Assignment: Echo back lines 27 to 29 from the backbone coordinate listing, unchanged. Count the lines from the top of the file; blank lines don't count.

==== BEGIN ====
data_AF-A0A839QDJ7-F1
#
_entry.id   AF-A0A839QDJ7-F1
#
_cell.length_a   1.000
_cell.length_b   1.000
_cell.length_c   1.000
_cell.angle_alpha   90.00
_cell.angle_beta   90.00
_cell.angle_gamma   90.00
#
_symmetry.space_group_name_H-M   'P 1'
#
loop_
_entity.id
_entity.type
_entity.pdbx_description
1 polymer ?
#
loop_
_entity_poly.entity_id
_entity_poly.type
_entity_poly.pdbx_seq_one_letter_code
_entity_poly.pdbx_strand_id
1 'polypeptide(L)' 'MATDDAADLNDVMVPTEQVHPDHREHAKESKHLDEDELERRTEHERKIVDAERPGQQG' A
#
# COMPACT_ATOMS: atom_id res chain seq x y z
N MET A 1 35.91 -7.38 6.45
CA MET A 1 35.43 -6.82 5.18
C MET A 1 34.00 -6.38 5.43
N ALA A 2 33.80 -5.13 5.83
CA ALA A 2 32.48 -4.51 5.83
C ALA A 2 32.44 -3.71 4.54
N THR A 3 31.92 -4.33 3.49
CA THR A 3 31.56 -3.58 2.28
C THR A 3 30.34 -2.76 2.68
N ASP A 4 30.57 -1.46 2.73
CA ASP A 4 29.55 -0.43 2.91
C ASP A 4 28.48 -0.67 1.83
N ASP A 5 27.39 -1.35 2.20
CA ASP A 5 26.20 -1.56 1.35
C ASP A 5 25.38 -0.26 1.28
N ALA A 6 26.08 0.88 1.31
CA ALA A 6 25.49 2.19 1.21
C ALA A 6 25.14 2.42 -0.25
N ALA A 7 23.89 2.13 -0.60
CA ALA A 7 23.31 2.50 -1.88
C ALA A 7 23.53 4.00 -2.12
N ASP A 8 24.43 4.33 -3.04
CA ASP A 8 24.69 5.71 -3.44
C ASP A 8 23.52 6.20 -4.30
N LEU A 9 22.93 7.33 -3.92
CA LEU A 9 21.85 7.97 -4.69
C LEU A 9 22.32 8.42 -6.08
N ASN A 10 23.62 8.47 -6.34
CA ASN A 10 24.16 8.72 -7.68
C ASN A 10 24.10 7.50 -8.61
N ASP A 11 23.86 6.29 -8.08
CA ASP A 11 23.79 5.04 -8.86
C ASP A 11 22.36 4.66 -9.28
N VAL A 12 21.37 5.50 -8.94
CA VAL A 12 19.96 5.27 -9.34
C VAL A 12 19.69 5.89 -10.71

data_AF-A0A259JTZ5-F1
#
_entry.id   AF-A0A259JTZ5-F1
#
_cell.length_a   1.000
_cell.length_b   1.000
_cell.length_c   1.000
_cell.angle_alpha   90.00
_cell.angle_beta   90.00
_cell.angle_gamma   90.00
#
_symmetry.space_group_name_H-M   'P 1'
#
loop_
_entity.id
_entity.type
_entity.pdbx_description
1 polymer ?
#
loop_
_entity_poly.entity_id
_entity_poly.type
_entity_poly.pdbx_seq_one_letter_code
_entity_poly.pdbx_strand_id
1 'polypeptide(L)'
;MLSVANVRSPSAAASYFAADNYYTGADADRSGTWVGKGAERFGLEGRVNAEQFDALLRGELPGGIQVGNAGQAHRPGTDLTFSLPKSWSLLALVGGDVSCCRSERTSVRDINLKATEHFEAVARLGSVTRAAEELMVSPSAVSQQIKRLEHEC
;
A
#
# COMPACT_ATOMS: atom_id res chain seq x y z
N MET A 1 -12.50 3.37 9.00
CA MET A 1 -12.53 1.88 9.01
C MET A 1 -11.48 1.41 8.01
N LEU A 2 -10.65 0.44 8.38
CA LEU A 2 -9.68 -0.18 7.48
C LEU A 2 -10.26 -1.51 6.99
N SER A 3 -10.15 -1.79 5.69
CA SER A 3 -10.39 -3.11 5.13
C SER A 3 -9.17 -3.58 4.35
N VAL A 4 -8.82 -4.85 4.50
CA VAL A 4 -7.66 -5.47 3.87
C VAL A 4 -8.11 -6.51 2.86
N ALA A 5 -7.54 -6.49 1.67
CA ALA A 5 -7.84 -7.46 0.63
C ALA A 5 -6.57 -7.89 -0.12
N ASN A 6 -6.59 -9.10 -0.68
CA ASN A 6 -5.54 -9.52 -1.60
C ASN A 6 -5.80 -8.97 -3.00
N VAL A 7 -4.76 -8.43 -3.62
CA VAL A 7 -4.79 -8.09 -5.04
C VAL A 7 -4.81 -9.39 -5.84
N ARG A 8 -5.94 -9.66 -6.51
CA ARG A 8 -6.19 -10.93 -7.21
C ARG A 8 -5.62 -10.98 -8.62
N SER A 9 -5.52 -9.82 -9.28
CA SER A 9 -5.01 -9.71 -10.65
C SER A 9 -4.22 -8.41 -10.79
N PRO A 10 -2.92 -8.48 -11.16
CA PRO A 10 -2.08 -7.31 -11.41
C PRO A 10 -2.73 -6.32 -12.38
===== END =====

# COMPACT_ATOMS: atom_id res chain seq x y z
N MET A 1 35.91 -7.38 6.45
CA MET A 1 35.43 -6.82 5.18